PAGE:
The developmental trajectory of parent-report and objective sleep profiles in autism spectrum disorder: Associations with anxiety and bedtime routines

Fay E Fletcher, Mistral D Foster-Owens, Russell Conduit, Nicole J. Rinehart, Deborah M Riby, Kim M Cornish

Research output: Contribution to journalArticleResearchpeer-review

22 Citations (Scopus)


The present study compared the course of parent-report and actigraphy-derived sleep profiles over a 1-year period, in school-age children with autism spectrum disorder and typically developing children. The Children's Sleep Habits Questionnaire and 14 nights of actigraphy were used to assess sleep profiles. Parents also completed the Spence Children's Anxiety Scale, the Social Worries Questionnaire and the Bedtime Routines Questionnaire. Between-group differences in parent-reported sleep problems were less pronounced at follow-up compared to baseline. The course of objective sleep was comparable between groups, with a significant reduction in sleep duration over time in both groups. Children with autism spectrum disorder were further characterised by significantly more night-to-night variability in sleep quality, across both time points. Reductions over time in parent-reported sleep problems were significantly associated with reduced anxiety. Reductions in actigraphy-derived sleep efficiency were associated with an increased frequency of maladaptive activities in the hour before bedtime, in both children with and without autism spectrum disorder.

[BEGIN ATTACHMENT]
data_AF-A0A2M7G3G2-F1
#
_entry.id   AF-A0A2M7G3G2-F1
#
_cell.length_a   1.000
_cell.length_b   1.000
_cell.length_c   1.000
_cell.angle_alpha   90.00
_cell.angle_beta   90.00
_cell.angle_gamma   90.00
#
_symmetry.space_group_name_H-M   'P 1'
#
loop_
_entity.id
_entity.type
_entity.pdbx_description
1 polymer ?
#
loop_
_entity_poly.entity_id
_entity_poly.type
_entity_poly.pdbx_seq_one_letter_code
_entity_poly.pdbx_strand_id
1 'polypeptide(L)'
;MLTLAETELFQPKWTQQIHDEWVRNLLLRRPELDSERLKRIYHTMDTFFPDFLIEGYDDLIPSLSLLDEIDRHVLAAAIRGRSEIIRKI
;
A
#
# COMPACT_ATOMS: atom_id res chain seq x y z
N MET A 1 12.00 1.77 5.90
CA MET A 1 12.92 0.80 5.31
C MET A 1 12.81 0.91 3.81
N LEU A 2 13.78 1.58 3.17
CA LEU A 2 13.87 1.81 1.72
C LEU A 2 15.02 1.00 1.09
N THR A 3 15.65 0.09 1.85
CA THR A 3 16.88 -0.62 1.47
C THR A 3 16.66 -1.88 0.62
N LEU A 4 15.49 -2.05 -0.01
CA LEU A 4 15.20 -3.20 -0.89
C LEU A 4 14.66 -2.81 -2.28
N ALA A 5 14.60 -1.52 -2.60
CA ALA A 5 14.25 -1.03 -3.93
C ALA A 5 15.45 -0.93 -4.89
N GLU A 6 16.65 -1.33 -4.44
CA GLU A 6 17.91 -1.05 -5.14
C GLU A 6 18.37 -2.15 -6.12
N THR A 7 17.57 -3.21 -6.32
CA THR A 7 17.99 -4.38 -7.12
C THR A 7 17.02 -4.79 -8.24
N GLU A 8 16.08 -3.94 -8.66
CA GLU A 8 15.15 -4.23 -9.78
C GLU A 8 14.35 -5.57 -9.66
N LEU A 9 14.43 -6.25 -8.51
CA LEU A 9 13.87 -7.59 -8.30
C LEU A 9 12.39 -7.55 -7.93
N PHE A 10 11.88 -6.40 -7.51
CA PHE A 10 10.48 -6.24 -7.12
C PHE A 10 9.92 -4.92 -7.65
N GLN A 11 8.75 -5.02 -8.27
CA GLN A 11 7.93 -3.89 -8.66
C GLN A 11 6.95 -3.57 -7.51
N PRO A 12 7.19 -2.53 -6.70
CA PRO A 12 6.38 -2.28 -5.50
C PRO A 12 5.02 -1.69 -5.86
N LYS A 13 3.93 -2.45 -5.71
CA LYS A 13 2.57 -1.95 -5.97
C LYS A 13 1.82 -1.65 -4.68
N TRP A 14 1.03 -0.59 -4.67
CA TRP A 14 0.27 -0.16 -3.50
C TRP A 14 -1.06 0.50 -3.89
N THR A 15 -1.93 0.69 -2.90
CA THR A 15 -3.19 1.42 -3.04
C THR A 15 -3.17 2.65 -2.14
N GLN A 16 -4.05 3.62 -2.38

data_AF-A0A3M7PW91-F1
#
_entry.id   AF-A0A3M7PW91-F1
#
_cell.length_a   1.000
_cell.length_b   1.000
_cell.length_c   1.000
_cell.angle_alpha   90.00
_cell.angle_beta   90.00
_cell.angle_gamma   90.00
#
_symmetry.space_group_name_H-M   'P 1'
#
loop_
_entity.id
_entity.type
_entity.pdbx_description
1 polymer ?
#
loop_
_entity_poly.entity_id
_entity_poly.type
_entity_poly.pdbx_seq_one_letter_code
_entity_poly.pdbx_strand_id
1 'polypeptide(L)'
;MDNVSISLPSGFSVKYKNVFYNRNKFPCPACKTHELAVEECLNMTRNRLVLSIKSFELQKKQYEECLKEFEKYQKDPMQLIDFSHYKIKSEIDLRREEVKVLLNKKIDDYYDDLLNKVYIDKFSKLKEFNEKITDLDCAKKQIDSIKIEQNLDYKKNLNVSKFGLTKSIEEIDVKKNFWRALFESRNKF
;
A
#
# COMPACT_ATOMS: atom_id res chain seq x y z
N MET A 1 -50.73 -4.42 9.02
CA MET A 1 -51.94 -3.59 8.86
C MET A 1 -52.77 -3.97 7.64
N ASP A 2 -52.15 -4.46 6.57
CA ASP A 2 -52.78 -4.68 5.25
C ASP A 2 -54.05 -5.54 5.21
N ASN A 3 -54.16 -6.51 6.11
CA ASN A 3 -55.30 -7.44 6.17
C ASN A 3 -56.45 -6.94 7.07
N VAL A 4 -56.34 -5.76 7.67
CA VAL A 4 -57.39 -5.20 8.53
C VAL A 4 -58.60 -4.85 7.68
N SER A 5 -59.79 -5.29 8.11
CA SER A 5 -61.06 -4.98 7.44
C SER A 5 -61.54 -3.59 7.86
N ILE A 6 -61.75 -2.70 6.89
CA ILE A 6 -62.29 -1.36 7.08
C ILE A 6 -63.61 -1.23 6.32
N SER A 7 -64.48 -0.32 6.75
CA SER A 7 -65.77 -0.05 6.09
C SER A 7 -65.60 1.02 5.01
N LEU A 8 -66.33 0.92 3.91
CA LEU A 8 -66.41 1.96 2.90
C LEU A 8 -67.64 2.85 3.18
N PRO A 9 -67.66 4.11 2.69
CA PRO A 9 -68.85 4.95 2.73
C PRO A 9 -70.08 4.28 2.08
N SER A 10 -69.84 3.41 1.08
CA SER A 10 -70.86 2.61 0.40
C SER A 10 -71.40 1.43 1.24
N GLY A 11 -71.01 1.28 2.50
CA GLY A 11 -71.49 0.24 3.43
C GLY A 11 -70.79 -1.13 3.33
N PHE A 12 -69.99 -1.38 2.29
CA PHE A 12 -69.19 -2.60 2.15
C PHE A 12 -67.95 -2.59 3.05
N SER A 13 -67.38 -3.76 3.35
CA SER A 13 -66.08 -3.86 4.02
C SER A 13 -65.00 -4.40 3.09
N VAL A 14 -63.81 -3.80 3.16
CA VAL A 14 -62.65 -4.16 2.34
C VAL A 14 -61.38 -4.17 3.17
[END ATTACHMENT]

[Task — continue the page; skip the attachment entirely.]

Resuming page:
Original languageEnglish
Pages (from-to)493-503
Number of pages11
Issue number4
Publication statusPublished - 1 May 2017


  • actigraphy
  • anxiety
  • autism spectrum disorder
  • bedtime routines
  • school-age children
  • sleep problems

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